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1.1 Forecasting, planning and analytics

While there are many definitions of what is forecast, I like the following one, proposed by Sergey Svetunkov (Svetunkov and Svetunkov, 2014): Forecast is a scientifically justified assertion about possible states of an object in future. This definition does not have the word “probability” in it, because in some cases forecasts do not rely on rigorous statistical methods and theory of probabilities. For example, Delphi method allows obtaining judgmental forecasts, typically focusing on what to expect, not on the probability side of things. An important word in the definition is “scientific.” If a prediction is done based on coffee grounds, then it is not a forecast. Judgmental predictions on the other hand can be considered as forecasts if a person has a reason behind them. If they do not, then they would be called “guesses,” not forecasts. Finally, the word “future” is important as it shows the focus of the discipline: without the future there is no forecasting, only overfitting. As for the definition of forecasting, it is a process of producing forecasts - as simple as that.

Forecasting is a very important activity, carried by many companies, some of which do that unconsciously or label it as “demand planning” or “predictive analytics.” There is a difference, however, between the terms “forecasting” and “planning.” The latter relies on the former and implies actions made by the company in order to adjust its decision. For example, if we forecast that the sales will go down, a company should make some marketing decisions in order to increase the demand on the product. The first part relates to forecasting, while the second one relates to planning. This also means that if a company does not like a forecast, it should change something in its activities, not in the forecast itself. It is important not to confuse these terms in practice, when important decisions are made.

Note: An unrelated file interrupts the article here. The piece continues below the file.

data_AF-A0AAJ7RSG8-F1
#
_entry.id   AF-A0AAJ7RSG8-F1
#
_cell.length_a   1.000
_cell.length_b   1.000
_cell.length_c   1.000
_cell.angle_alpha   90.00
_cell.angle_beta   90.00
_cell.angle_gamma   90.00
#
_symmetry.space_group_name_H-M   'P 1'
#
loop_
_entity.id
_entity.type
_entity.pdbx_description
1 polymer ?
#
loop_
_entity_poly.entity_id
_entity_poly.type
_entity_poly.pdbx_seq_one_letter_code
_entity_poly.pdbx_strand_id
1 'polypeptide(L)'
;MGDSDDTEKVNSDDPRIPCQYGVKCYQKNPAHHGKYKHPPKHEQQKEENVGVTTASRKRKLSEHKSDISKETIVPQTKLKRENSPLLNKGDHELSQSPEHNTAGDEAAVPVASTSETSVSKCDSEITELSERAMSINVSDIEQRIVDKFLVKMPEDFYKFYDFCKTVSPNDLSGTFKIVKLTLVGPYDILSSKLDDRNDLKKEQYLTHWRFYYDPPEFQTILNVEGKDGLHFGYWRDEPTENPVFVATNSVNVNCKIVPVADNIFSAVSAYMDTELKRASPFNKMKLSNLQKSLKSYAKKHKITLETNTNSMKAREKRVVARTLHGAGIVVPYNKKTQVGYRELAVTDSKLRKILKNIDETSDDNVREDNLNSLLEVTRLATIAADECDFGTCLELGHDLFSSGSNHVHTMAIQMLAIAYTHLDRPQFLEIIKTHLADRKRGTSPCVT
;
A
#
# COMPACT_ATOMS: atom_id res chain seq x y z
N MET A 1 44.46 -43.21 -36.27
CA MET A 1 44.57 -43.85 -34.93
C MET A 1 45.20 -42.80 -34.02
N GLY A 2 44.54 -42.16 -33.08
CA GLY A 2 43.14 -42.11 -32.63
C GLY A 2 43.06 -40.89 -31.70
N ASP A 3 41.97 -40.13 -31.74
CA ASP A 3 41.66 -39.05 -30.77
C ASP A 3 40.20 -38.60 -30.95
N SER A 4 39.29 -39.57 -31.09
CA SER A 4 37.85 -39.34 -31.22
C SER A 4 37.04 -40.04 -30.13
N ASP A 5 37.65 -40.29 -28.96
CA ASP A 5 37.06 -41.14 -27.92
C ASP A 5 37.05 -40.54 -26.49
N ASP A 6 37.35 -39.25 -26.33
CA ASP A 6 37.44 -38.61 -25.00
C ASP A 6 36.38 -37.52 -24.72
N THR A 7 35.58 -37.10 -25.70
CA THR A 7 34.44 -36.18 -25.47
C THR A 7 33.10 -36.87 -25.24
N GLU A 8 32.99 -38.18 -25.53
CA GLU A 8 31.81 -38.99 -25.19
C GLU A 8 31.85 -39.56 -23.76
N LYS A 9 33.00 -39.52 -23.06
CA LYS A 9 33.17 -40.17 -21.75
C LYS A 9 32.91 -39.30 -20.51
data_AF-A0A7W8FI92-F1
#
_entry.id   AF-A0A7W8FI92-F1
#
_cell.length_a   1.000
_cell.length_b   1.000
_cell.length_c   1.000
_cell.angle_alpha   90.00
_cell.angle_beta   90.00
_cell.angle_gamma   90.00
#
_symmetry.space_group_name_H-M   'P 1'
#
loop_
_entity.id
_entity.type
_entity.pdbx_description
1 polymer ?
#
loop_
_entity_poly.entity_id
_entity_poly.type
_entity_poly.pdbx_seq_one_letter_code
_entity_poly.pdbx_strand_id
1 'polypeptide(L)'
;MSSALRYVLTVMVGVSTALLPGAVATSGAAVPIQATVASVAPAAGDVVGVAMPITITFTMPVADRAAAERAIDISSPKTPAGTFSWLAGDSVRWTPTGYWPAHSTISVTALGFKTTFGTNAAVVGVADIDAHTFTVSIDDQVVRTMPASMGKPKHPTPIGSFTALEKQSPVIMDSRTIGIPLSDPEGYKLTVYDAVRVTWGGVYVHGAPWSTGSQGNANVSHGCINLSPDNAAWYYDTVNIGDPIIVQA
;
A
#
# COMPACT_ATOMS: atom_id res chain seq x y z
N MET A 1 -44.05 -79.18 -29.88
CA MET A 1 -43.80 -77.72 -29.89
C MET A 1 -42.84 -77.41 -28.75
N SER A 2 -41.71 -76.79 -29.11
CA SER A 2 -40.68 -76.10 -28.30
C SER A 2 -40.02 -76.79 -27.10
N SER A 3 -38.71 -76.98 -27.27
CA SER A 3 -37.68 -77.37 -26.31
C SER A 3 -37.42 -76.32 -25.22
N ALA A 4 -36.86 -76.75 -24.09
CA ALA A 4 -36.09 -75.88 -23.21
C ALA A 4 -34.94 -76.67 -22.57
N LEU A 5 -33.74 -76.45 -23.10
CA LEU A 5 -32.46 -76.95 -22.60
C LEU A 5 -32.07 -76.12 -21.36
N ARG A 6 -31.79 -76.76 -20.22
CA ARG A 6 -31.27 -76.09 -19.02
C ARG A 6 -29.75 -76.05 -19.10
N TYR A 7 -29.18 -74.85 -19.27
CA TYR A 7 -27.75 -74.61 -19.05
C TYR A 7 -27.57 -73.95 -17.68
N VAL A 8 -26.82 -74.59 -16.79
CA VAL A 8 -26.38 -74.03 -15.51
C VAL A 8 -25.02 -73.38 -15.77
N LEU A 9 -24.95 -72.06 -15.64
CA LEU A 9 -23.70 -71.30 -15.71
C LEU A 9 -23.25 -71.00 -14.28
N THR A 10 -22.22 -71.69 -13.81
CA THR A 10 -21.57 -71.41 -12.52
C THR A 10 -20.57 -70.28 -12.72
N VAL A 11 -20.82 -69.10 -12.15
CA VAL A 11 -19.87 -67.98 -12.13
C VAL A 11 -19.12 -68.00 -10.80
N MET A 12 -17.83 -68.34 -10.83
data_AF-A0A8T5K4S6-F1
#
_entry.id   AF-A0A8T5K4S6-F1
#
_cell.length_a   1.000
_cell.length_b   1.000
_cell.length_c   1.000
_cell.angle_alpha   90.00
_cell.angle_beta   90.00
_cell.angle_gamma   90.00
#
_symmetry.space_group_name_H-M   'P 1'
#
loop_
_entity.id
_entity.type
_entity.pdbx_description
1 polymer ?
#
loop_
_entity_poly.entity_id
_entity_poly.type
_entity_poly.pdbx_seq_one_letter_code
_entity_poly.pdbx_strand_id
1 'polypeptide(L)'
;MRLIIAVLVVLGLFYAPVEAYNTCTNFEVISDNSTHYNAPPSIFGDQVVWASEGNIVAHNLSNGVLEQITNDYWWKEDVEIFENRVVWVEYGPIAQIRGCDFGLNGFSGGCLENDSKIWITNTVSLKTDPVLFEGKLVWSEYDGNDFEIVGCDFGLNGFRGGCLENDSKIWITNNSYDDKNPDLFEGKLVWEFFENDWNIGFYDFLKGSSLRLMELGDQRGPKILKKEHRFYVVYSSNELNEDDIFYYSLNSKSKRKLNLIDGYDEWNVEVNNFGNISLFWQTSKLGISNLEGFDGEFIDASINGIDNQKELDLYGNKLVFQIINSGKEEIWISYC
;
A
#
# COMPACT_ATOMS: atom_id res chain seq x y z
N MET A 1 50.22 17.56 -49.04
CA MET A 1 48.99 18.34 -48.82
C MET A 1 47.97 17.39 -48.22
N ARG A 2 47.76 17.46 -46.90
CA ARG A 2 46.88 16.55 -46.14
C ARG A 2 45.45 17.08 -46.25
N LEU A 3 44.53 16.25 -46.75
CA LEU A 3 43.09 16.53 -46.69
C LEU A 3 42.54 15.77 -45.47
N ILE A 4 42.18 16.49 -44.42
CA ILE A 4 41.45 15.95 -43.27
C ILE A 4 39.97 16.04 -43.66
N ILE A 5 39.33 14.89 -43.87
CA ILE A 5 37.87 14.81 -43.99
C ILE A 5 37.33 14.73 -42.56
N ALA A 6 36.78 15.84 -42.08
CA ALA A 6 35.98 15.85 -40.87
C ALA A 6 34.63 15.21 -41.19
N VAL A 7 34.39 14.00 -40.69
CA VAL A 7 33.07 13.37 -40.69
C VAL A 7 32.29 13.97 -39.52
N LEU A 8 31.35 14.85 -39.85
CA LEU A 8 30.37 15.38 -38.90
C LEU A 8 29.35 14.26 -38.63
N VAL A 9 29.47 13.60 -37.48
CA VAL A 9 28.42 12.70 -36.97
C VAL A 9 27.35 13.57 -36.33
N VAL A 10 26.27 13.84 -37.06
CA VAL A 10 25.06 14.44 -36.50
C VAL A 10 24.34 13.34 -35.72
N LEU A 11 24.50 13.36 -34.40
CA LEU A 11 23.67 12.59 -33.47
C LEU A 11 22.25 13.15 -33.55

Another important thing to keep in mind is that any forecasting activity should be done to inform decisions. Forecasting for the sake of forecasting is pointless. Yes, we can forecast the overall number of hospitalisations due to SARS-CoV-2 virus in the world for the next decade, but what decisions can be made based on that? If there are some decisions, then this exercise is useful. If not, then this is just a waste of time.

Example 1.1 Retailers typically need to order some amount of milk that they will sell over the next week. They do not know how much they will sell so they usually order, hoping to satisfy, let us say, 95% of demand. This situation tells us that the forecasts need to be made a week ahead, they should be cumulative (considering the overal demand during a week before the next order) and that they should focus on an upper bound of a 95% prediction interval. Producing only point forecasts would not be useful in this situation.